GoldieBlox: Up With Girls (sort of)

We’ve had some discussion of GoldieBlox on the forum recently, but that conversation moved on and I’m finding myself still obsessed with the topic. On the one hand, I think the idea behind the ad is awesome! I had been having a hard time figuring out how GoldieBlox would be a toy that would be engaging over a long period of time of creative play, and the ad certainly directly addresses that point. And I love that my daughter has spent more than 6 hours over the last few days building her own Rube Goldberg machine.

But I am also interested in the views from this blog post on Fake and Real Student Voice

I like much about this video. I like the message. I like the way it’s shot. I like the girls. What I don’t like is the perception that this is the girl’s invention. It’s not. These girls are likely no more into inventing and making than most girls their age. While I might be able to look past that, and I can, I don’t like the perception that this is authentic as it suggests. Which raises the larger question of authentic student voice.

Somehow it seems even more disingenuous when I realize that the engineering team for the GoldieBlox ad is primarily male. If you watch the Making Of videos on YouTube, that’s the single thing that jumps out at me most. That, and watching the kids be coached on how to jump up and down in girly excitement.

For a palate-cleanser: a group of middle school girls build their own damn Rube Goldberg machine themselves.

I am not planning to buy GoldieBlox for my kids– mostly because every time I look at the toy itself, it seems very expensive for a very few pieces of plastic machinery without a huge amount of creative play options. If I did buy it, it would not be for the toy itself, but more like a charity donation to encourage women in STEM, and there are probably better ways for me to do that. But my kids have, love, and play with regularly:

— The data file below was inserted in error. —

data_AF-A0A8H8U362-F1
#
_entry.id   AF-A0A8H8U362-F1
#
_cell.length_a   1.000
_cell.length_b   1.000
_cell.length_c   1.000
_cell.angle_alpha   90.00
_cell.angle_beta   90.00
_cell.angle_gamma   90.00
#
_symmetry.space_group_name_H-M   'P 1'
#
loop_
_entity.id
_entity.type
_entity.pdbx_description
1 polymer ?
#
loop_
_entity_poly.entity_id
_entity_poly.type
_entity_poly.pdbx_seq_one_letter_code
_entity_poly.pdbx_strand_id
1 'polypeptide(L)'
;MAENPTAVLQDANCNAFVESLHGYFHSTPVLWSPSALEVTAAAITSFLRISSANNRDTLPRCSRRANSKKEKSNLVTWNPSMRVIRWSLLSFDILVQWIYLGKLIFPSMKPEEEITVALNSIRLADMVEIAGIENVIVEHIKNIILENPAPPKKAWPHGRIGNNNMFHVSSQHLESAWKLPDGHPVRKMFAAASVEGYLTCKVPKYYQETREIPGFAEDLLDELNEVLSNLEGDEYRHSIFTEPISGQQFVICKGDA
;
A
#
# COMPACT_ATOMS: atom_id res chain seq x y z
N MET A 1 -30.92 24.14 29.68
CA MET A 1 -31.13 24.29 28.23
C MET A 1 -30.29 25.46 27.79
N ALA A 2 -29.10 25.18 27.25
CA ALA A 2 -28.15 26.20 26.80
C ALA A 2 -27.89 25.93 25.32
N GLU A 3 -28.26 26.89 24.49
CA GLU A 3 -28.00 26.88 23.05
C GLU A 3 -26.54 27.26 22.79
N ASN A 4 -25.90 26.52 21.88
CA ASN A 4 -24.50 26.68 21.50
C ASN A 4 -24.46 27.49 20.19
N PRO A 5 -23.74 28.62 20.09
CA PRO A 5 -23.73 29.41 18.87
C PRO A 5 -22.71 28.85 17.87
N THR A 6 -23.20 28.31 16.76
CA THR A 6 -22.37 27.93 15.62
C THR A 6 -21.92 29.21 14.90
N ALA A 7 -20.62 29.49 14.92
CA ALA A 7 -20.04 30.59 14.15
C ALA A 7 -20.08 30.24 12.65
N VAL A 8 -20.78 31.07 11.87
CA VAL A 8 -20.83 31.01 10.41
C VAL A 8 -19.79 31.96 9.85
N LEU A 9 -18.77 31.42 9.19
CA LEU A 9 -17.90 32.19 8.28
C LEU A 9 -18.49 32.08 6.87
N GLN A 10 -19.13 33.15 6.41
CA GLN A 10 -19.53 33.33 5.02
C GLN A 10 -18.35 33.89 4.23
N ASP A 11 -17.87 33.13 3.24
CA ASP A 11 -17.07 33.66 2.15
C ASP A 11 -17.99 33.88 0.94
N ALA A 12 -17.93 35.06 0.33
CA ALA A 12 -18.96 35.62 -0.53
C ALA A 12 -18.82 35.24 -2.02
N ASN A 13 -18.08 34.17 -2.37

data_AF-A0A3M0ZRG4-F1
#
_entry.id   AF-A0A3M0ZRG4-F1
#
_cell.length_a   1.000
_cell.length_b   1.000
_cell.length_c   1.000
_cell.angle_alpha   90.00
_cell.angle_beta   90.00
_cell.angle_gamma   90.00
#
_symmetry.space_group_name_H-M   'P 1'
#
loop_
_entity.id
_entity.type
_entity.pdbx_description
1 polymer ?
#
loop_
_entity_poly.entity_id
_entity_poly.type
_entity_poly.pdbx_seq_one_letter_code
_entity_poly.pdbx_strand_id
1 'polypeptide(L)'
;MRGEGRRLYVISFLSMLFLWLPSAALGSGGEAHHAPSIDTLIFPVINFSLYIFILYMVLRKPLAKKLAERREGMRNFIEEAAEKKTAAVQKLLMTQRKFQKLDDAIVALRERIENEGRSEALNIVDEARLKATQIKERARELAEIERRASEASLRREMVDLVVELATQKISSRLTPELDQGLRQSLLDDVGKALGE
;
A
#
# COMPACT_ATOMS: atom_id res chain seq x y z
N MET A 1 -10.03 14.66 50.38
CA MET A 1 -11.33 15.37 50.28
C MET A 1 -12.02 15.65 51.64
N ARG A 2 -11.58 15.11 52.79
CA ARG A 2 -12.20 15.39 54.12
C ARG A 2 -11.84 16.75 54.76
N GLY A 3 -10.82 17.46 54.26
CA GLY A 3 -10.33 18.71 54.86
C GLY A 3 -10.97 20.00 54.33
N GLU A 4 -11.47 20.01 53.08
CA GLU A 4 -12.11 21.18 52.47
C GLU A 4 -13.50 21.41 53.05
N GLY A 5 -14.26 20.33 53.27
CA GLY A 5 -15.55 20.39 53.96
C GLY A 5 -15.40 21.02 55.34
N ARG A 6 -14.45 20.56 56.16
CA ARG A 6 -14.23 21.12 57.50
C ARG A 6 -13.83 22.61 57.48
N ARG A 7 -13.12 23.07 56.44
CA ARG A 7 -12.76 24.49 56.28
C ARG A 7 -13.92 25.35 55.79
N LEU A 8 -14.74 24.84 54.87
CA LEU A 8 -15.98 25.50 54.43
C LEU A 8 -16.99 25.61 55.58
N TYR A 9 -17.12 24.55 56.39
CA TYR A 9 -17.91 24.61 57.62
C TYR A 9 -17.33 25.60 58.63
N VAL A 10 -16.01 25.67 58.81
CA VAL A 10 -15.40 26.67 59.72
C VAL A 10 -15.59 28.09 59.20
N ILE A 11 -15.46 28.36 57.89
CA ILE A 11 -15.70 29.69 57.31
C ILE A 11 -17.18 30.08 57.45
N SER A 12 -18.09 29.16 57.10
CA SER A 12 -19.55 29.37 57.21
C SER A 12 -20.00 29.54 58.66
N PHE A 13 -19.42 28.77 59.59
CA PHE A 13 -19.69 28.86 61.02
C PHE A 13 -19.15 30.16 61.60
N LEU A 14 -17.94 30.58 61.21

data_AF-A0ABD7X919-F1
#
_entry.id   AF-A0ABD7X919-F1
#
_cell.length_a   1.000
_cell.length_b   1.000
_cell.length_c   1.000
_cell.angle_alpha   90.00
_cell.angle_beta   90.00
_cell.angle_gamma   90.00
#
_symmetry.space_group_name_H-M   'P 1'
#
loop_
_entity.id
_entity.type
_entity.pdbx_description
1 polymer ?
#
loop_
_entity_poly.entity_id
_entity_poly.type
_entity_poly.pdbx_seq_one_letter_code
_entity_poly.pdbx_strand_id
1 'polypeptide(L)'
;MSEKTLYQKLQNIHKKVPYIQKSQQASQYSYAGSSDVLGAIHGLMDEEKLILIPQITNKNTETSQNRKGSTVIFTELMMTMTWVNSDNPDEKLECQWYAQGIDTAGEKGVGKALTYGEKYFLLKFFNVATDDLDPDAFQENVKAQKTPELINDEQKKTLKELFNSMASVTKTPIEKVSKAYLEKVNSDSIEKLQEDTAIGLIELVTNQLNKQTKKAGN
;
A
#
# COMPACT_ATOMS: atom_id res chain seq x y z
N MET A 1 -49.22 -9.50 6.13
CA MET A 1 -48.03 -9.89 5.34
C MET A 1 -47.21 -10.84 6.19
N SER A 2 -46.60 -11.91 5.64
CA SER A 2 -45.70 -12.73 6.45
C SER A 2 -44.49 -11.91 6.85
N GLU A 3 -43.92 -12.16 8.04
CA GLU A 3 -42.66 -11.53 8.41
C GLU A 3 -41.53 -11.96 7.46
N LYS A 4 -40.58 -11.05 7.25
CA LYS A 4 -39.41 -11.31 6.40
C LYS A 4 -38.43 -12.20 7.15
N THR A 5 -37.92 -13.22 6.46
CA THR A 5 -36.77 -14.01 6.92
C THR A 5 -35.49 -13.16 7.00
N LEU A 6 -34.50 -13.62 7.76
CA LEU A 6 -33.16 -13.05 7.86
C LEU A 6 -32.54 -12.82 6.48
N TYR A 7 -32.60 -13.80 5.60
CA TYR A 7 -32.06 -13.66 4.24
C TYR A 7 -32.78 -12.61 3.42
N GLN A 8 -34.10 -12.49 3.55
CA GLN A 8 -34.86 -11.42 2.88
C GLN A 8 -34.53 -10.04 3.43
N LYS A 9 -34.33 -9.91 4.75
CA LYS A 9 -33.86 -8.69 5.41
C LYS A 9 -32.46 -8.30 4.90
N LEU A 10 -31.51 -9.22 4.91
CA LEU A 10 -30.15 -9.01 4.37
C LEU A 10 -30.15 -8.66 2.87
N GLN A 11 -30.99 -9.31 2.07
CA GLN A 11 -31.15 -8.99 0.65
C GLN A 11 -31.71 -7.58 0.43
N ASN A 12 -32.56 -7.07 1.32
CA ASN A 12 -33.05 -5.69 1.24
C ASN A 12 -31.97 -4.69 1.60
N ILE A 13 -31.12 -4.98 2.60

Wooden blocks
Toolbox and wood scraps
Ropes, elastic (good for engineering and sewing), yarn, ribbon,
Science/nature kits with binoculars, magnifying glasses, notebooks, butterfly nets and cages, and a handful of field guides

They also have Snap Circuits and a toy chemistry set, neither of which were as popular as I’d hoped, mostly because they seem to like open-ended toys like blocks more than kits like Snap Circuits or GoldieBlox.

A while back, I put together a holiday wishlist including things like pulleys and tire swing swivels (the swing mechanics are part of their Rube Goldberg). I’m going to go back through it this year, and see what other “simple machines” accessories I can add to their collection. And I will be thankful (though apparently also grumpy) that the GoldieBlox ad has renewed their interest in simple machines.

Anybody else have strong feelings about GoldieBlox, encouraging STEM in our girls, the intersection of ideals vs. real world (WTF, seriously, if you are making a viral ad AND releasing a “making of” that will certainly also be shown to little girls, you can’t find a 50-50 gender balance in your engineering team?), or even parody vs. unlicensed music pirating for their theme song? Join me on the topic Goldie Blox, feminism, STEM, and an all-male engineering team.